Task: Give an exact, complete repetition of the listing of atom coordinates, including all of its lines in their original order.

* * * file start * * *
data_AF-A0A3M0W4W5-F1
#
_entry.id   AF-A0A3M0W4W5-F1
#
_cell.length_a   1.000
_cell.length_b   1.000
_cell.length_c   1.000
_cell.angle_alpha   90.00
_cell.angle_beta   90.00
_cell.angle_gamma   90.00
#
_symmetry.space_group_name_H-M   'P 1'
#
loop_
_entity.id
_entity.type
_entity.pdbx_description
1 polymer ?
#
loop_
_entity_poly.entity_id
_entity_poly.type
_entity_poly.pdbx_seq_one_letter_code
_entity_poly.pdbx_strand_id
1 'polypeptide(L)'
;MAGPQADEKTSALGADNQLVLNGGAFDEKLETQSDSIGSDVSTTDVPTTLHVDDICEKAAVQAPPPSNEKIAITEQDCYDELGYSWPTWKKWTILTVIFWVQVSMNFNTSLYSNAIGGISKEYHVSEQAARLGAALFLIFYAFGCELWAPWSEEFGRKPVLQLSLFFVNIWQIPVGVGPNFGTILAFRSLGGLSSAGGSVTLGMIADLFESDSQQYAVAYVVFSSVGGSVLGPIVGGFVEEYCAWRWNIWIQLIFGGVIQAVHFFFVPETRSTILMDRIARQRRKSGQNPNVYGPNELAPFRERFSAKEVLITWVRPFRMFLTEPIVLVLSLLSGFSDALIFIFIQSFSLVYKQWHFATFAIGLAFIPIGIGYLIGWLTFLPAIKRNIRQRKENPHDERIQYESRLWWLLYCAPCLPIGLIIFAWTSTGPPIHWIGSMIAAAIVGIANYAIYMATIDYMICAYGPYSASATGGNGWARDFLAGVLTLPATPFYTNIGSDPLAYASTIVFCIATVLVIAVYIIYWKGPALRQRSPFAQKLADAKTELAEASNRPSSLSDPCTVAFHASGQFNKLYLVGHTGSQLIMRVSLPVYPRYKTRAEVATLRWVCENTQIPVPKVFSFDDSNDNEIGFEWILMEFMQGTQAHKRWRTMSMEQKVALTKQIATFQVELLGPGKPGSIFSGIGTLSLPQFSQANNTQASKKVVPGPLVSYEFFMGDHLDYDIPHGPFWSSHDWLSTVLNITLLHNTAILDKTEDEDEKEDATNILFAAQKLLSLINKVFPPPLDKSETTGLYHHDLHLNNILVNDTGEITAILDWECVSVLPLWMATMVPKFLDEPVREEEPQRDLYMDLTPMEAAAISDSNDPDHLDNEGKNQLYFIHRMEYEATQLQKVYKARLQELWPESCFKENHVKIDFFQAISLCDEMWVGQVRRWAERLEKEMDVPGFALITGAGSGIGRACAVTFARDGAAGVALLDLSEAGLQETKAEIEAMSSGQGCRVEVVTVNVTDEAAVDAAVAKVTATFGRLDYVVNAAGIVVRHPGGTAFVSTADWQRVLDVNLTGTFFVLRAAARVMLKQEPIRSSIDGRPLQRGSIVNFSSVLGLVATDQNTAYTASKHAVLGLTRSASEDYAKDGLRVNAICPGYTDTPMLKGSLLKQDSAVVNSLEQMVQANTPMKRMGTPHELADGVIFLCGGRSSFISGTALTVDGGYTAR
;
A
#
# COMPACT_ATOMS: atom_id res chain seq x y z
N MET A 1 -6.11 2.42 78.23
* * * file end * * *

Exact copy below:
data_AF-A0A3M0W4W5-F1
#
_entry.id   AF-A0A3M0W4W5-F1
#
_cell.length_a   1.000
_cell.length_b   1.000
_cell.length_c   1.000
_cell.angle_alpha   90.00
_cell.angle_beta   90.00
_cell.angle_gamma   90.00
#
_symmetry.space_group_name_H-M   'P 1'
#
loop_
_entity.id
_entity.type
_entity.pdbx_description
1 polymer ?
#
loop_
_entity_poly.entity_id
_entity_poly.type
_entity_poly.pdbx_seq_one_letter_code
_entity_poly.pdbx_strand_id
1 'polypeptide(L)'
;MAGPQADEKTSALGADNQLVLNGGAFDEKLETQSDSIGSDVSTTDVPTTLHVDDICEKAAVQAPPPSNEKIAITEQDCYDELGYSWPTWKKWTILTVIFWVQVSMNFNTSLYSNAIGGISKEYHVSEQAARLGAALFLIFYAFGCELWAPWSEEFGRKPVLQLSLFFVNIWQIPVGVGPNFGTILAFRSLGGLSSAGGSVTLGMIADLFESDSQQYAVAYVVFSSVGGSVLGPIVGGFVEEYCAWRWNIWIQLIFGGVIQAVHFFFVPETRSTILMDRIARQRRKSGQNPNVYGPNELAPFRERFSAKEVLITWVRPFRMFLTEPIVLVLSLLSGFSDALIFIFIQSFSLVYKQWHFATFAIGLAFIPIGIGYLIGWLTFLPAIKRNIRQRKENPHDERIQYESRLWWLLYCAPCLPIGLIIFAWTSTGPPIHWIGSMIAAAIVGIANYAIYMATIDYMICAYGPYSASATGGNGWARDFLAGVLTLPATPFYTNIGSDPLAYASTIVFCIATVLVIAVYIIYWKGPALRQRSPFAQKLADAKTELAEASNRPSSLSDPCTVAFHASGQFNKLYLVGHTGSQLIMRVSLPVYPRYKTRAEVATLRWVCENTQIPVPKVFSFDDSNDNEIGFEWILMEFMQGTQAHKRWRTMSMEQKVALTKQIATFQVELLGPGKPGSIFSGIGTLSLPQFSQANNTQASKKVVPGPLVSYEFFMGDHLDYDIPHGPFWSSHDWLSTVLNITLLHNTAILDKTEDEDEKEDATNILFAAQKLLSLINKVFPPPLDKSETTGLYHHDLHLNNILVNDTGEITAILDWECVSVLPLWMATMVPKFLDEPVREEEPQRDLYMDLTPMEAAAISDSNDPDHLDNEGKNQLYFIHRMEYEATQLQKVYKARLQELWPESCFKENHVKIDFFQAISLCDEMWVGQVRRWAERLEKEMDVPGFALITGAGSGIGRACAVTFARDGAAGVALLDLSEAGLQETKAEIEAMSSGQGCRVEVVTVNVTDEAAVDAAVAKVTATFGRLDYVVNAAGIVVRHPGGTAFVSTADWQRVLDVNLTGTFFVLRAAARVMLKQEPIRSSIDGRPLQRGSIVNFSSVLGLVATDQNTAYTASKHAVLGLTRSASEDYAKDGLRVNAICPGYTDTPMLKGSLLKQDSAVVNSLEQMVQANTPMKRMGTPHELADGVIFLCGGRSSFISGTALTVDGGYTAR
;
A
#
# COMPACT_ATOMS: atom_id res chain seq x y z
N MET A 1 -6.11 2.42 78.23